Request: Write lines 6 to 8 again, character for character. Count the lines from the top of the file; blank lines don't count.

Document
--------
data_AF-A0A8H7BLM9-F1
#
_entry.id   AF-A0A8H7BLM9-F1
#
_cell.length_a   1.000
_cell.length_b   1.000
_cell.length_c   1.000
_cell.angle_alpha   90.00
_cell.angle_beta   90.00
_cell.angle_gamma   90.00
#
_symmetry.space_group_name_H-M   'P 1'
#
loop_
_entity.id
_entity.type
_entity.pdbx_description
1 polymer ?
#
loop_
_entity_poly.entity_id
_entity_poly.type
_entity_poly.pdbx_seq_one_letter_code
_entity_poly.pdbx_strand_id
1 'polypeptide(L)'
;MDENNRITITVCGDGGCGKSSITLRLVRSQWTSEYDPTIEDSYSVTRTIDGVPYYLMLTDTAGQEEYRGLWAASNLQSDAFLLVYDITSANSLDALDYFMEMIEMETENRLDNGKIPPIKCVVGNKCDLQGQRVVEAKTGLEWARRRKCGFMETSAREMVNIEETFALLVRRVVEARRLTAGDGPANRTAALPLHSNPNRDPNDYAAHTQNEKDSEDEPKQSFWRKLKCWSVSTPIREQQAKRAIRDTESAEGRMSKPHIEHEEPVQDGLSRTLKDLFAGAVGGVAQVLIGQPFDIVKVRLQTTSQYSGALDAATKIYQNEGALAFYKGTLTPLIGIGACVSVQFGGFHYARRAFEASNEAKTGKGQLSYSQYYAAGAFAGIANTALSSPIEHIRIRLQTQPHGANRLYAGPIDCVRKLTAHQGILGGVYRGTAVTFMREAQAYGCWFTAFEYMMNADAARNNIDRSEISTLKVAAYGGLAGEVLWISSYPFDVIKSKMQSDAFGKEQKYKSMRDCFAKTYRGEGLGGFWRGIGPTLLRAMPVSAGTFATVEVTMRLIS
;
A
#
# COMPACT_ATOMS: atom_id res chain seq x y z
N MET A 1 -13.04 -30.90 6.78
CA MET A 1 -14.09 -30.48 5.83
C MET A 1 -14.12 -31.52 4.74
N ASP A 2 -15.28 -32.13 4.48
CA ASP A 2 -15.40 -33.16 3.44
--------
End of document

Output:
_cell.length_b   1.000
_cell.length_c   1.000
_cell.angle_alpha   90.00